When the Old Hudson Center Cemetery, located on the Common, became nearly covered with graves, the need for additional cemetery space in that part of town became apparent. The Hudson Center Cemetery Association published their intentions on the Oasis, a newspaper published in Nashua for three weeks in a row, in accordance with the laws of the State of New Hampshire. An initial meeting was held at the town house in Hudson Center, now Wattannick Hall, on December 4, 1849. At this meeting a set of by-laws and a slate of officers were elected. Elected as Directors were Jefferson Smith, Joseph Dane, James Smith, 2nd, Dustin B. Smith, and Daniel W. Robinson, Eli Hamblet was elected Clerk and Amory Burnham as Treasurer.
The initial acreage for the cemetery was donated by Reuben Greeley. This parcel is located to the right as you enter the cemetery gate from Burnham Road. The cemetery was laid out into large lots, most of which would allow for 12 burials so as to accommodate large families and multiple generations. Between each lot space was allocated for walkways. The layout also included streets wide enough so that horse and wagons, and later vehicles could enter the cemetery. All of this was located less than one half mile from Hudson Center.
After the Nashua and Rochester Railroad was constructed, a substantial addition of land was made to the cemetery. All the land between the initial parcel and the southerly line of the railroad land was acquired, making a total of nearly three acres. After the railroad ceased to operate, the cemetery purchased the right of way from the railroad. This right of way is clearly visible today and is used as a short cut from Burnham Road to Hudson Center.
So as not to confuse this new cemetery with the Old Hudson Center Cemetery it was called Clement Cemetery. I am not sure why this name was associated with this yard; but, it is often referred as such in the old records. The name Westview has since been adopted and it is known by that name today.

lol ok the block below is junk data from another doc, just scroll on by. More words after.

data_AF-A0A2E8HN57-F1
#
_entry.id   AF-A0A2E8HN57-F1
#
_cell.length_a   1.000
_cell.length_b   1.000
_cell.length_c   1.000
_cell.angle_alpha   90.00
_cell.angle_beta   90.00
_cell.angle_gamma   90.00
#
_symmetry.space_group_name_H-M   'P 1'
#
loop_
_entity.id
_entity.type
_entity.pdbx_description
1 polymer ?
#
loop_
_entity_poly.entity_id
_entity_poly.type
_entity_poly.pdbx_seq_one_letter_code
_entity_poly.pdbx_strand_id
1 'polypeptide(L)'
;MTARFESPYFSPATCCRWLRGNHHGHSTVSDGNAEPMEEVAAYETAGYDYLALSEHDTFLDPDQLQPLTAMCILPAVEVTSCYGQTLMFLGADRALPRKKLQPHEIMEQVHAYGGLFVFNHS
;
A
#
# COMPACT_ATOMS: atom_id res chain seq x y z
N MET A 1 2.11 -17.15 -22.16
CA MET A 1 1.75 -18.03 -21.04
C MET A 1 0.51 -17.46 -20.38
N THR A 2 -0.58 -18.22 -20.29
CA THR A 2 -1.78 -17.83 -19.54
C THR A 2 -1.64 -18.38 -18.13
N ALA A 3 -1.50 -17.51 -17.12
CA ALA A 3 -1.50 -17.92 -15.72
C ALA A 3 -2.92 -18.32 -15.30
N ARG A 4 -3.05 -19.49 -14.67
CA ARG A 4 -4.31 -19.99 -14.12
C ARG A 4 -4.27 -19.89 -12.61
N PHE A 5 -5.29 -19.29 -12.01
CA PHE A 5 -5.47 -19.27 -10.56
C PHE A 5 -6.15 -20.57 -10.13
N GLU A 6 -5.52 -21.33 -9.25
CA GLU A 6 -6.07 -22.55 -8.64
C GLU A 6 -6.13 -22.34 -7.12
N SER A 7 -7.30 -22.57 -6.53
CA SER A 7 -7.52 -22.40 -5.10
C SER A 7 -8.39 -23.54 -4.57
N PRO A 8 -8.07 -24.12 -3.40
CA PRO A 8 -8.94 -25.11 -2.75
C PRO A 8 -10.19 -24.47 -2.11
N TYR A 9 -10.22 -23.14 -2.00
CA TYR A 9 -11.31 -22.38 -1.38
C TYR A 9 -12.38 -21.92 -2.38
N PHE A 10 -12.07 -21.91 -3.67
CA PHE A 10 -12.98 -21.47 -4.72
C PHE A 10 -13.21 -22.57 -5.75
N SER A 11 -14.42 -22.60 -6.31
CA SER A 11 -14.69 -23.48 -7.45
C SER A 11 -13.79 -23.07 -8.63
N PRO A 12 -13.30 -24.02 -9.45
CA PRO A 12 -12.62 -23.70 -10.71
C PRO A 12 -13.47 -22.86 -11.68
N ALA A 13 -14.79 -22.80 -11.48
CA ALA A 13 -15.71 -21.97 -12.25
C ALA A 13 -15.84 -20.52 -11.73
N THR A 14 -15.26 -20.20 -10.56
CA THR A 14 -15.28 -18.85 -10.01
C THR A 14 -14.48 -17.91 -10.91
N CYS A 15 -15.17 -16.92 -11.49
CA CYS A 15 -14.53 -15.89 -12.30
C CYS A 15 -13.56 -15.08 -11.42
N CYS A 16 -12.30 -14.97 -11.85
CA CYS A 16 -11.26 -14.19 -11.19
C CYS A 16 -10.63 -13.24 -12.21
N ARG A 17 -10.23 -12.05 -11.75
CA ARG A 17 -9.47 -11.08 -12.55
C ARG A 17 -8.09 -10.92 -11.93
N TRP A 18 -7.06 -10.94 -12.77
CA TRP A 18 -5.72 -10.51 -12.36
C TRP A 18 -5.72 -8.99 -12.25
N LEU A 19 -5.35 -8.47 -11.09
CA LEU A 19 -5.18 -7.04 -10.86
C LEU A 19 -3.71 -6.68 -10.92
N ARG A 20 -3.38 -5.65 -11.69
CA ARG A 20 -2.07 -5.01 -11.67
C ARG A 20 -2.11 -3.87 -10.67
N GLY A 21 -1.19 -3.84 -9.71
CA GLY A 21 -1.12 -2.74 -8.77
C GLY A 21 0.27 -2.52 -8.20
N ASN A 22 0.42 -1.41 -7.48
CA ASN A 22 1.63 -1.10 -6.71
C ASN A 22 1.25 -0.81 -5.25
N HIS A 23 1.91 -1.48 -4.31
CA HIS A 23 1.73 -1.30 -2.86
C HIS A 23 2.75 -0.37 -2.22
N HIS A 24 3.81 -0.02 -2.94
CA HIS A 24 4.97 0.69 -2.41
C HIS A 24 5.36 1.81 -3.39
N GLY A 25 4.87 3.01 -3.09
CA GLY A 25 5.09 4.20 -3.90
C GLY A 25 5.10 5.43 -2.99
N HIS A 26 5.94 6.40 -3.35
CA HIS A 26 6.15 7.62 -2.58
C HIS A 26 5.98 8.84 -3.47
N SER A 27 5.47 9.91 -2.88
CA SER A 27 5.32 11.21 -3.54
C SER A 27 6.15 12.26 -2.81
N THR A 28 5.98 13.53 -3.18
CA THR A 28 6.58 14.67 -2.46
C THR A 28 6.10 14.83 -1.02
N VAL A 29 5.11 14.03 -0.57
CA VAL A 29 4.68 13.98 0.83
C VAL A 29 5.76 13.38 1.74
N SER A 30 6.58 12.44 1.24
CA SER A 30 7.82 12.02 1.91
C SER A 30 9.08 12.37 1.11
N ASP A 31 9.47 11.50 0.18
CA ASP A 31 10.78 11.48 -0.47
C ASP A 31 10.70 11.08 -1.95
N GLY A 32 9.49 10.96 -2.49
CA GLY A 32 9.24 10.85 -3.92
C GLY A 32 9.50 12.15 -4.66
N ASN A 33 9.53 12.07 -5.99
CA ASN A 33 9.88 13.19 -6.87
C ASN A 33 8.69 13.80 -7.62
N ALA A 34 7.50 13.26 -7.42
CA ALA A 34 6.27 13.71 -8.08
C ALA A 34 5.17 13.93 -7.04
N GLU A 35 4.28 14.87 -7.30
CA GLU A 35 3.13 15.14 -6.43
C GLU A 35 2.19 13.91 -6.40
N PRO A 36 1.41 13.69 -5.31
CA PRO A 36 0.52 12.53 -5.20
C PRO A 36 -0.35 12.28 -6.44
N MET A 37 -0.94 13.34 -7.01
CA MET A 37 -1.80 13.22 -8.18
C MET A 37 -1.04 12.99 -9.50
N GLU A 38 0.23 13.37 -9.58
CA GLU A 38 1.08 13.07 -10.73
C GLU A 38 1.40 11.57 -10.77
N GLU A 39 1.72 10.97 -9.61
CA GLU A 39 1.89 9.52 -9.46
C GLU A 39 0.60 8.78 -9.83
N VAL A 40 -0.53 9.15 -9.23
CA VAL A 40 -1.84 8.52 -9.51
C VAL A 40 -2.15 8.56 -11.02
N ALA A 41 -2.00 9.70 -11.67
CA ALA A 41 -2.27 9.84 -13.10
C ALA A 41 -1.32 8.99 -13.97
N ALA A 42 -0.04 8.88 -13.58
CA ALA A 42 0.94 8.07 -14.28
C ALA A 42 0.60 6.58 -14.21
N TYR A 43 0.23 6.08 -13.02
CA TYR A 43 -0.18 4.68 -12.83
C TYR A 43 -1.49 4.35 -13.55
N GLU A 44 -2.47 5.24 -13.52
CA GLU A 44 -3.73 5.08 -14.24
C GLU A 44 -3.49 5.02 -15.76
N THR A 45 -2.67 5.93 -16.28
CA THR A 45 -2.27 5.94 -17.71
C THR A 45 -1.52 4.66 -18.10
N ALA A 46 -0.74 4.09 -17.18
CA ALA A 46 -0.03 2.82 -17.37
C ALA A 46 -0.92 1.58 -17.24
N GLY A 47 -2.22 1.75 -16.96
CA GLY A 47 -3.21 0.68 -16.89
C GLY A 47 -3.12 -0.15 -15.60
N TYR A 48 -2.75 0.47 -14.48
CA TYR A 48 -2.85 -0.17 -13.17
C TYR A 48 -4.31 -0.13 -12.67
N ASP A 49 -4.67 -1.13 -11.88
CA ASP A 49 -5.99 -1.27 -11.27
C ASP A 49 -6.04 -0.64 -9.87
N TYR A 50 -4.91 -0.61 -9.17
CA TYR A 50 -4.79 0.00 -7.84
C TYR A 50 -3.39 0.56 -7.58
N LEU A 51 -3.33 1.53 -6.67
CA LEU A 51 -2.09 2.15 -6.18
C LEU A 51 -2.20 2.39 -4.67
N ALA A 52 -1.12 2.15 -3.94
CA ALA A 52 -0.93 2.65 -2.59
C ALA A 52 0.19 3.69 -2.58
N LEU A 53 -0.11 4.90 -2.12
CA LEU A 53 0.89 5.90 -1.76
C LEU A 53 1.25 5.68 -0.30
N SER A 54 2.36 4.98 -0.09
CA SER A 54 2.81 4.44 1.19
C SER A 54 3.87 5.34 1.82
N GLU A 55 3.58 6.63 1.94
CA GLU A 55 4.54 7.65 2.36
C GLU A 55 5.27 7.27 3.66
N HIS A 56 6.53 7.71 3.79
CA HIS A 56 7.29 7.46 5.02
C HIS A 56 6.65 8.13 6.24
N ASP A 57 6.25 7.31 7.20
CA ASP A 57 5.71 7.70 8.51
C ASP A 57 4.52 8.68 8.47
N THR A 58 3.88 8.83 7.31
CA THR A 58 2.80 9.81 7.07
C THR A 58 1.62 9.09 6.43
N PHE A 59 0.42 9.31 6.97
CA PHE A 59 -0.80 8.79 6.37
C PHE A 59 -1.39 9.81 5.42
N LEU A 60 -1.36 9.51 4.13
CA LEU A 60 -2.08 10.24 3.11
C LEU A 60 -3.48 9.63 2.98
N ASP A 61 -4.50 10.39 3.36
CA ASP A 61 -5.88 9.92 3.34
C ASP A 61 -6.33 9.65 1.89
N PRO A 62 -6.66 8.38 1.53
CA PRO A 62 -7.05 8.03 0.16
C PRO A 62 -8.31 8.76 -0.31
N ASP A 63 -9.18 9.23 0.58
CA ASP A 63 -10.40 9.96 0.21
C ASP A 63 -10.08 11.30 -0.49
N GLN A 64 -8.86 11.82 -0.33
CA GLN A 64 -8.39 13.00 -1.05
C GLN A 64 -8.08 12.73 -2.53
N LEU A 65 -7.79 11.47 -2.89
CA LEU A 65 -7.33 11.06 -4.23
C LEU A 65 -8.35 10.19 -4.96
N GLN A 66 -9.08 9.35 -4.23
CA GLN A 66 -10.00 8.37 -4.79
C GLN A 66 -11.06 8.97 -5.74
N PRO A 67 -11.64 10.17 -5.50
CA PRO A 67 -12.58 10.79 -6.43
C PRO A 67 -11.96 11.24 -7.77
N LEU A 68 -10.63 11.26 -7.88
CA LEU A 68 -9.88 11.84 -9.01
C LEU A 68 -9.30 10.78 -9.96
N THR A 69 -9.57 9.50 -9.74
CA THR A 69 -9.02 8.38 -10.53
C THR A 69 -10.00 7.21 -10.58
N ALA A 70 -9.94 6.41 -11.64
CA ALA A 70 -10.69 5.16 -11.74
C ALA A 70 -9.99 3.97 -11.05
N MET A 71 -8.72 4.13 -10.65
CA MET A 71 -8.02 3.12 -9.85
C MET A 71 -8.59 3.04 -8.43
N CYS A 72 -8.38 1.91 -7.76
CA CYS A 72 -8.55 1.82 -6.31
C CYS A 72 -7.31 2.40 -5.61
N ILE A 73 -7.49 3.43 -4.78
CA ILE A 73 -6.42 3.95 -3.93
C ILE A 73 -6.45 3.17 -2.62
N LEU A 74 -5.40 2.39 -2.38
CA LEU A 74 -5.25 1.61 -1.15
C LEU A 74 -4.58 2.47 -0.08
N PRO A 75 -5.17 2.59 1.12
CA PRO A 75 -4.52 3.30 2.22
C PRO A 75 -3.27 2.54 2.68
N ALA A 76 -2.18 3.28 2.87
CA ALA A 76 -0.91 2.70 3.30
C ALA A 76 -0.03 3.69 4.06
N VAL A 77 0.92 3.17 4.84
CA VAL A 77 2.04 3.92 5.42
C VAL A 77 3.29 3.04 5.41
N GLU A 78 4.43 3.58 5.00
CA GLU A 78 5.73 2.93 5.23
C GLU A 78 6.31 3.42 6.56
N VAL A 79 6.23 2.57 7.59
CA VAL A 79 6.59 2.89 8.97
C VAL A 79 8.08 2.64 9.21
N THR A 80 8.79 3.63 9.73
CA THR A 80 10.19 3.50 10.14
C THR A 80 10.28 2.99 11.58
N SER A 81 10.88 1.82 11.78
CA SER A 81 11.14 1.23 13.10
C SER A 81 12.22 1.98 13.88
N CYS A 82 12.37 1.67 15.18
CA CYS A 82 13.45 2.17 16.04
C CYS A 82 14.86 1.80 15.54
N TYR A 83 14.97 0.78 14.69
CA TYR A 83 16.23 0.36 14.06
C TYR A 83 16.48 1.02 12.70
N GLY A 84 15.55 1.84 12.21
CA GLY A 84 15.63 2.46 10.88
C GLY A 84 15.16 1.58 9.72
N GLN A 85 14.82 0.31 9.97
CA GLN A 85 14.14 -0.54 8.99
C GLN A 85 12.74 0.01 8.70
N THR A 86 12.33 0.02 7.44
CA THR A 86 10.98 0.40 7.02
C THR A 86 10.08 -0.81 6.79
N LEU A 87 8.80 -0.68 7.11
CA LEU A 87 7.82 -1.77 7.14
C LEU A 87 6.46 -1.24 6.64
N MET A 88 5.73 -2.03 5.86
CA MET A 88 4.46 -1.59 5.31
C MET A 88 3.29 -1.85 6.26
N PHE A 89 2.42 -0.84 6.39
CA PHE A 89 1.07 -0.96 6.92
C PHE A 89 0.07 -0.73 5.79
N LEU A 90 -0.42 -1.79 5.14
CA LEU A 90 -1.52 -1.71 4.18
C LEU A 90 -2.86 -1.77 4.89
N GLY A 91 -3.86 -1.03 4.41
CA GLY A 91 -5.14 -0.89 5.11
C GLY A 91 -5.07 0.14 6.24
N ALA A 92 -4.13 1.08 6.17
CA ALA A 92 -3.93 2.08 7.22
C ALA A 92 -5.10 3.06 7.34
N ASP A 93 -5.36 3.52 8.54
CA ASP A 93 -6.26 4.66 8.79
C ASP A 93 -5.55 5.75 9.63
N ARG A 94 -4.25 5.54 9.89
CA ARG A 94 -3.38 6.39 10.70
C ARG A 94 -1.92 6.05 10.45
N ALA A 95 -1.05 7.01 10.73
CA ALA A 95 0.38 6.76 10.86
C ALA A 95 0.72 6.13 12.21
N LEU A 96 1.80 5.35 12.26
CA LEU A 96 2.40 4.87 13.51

Within this cemetery one will find the final resting place for many Hudson families of the last 167 years. One will also find a number of lots with beautiful and expensive monuments; as well many of the more common markings. Records of the cemetery also indicate burials in some of the lots where no visual monuments were placed by the surviving families. But, thankfully, knowledge of their burials has been preserved by the written records.
I find the most elaborate monuments within Westview to be along the back wall of the old section. These belong to the families of Dr. David O. Smith, Dr. Henry O. Smith, and the Haselton family from Bush Hill. The oldest burial is that of Betsey Beard who died June 1850 at the age of 80.
The most interesting burial site is the unmarked grave of Rev. Benjamin Dean, a minister serving the Baptist Church from April 1828 to June 1830; at which time he left the ministry but remained a resident of Hudson Center and continued to live in his home on Hamblet Avenue. When he passed in 1856 he was buried in the Potters Field section of the cemetery. Many years later when additional lots were laid out, the Potters Field and his burial site was included within one of the new lots. But, the location of Rev. Dean’s burial site has not been lost to history. It remains unmarked; but, has been included within the written record of this newer lot.
The photo showing the entrance to Westview Cemetery at 20 Burnam Road was taken by the author and is a part of the Historical Society Collection.